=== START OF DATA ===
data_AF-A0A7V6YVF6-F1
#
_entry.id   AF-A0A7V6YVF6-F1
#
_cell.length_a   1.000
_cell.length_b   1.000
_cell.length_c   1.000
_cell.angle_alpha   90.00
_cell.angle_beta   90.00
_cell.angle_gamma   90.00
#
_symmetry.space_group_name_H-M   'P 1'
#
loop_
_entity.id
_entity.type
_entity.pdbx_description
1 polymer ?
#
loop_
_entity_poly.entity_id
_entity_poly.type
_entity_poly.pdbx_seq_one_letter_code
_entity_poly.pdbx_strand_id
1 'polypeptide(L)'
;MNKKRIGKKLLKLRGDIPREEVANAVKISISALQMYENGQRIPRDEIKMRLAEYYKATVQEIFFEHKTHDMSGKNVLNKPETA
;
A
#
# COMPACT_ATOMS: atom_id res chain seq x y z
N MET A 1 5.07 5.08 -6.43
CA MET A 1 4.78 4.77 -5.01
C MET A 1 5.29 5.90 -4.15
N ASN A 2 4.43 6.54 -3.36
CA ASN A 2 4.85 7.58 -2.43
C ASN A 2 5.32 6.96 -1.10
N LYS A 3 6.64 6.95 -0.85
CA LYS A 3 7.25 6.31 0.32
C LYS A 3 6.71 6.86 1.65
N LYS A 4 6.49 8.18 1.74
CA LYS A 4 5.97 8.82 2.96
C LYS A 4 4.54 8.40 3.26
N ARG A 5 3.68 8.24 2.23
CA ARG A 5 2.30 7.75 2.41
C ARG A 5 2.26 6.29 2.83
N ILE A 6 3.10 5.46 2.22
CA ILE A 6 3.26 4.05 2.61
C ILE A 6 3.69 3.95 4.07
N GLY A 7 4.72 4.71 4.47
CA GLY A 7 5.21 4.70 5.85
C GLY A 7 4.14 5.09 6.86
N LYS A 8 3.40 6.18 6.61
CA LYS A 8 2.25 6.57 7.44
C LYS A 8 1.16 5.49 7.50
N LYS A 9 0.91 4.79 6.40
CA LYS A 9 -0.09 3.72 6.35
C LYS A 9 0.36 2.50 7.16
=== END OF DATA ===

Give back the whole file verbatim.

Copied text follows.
data_AF-A0A7V6YVF6-F1
#
_entry.id   AF-A0A7V6YVF6-F1
#
_cell.length_a   1.000
_cell.length_b   1.000
_cell.length_c   1.000
_cell.angle_alpha   90.00
_cell.angle_beta   90.00
_cell.angle_gamma   90.00
#
_symmetry.space_group_name_H-M   'P 1'
#
loop_
_entity.id
_entity.type
_entity.pdbx_description
1 polymer ?
#
loop_
_entity_poly.entity_id
_entity_poly.type
_entity_poly.pdbx_seq_one_letter_code
_entity_poly.pdbx_strand_id
1 'polypeptide(L)'
;MNKKRIGKKLLKLRGDIPREEVANAVKISISALQMYENGQRIPRDEIKMRLAEYYKATVQEIFFEHKTHDMSGKNVLNKPETA
;
A
#
# COMPACT_ATOMS: atom_id res chain seq x y z
N MET A 1 5.07 5.08 -6.43
CA MET A 1 4.78 4.77 -5.01
C MET A 1 5.29 5.90 -4.15
N ASN A 2 4.43 6.54 -3.36
CA ASN A 2 4.85 7.58 -2.43
C ASN A 2 5.32 6.96 -1.10
N LYS A 3 6.64 6.95 -0.85
CA LYS A 3 7.25 6.31 0.32
C LYS A 3 6.71 6.86 1.65
N LYS A 4 6.49 8.18 1.74
CA LYS A 4 5.97 8.82 2.96
C LYS A 4 4.54 8.40 3.26
N ARG A 5 3.68 8.24 2.23
CA ARG A 5 2.30 7.75 2.41
C ARG A 5 2.26 6.29 2.83
N ILE A 6 3.10 5.46 2.22
CA ILE A 6 3.26 4.05 2.61
C ILE A 6 3.69 3.95 4.07
N GLY A 7 4.72 4.71 4.47
CA GLY A 7 5.21 4.70 5.85
C GLY A 7 4.14 5.09 6.86
N LYS A 8 3.40 6.18 6.61
CA LYS A 8 2.25 6.57 7.44
C LYS A 8 1.16 5.49 7.50
N LYS A 9 0.91 4.79 6.40
CA LYS A 9 -0.09 3.72 6.35
C LYS A 9 0.36 2.50 7.16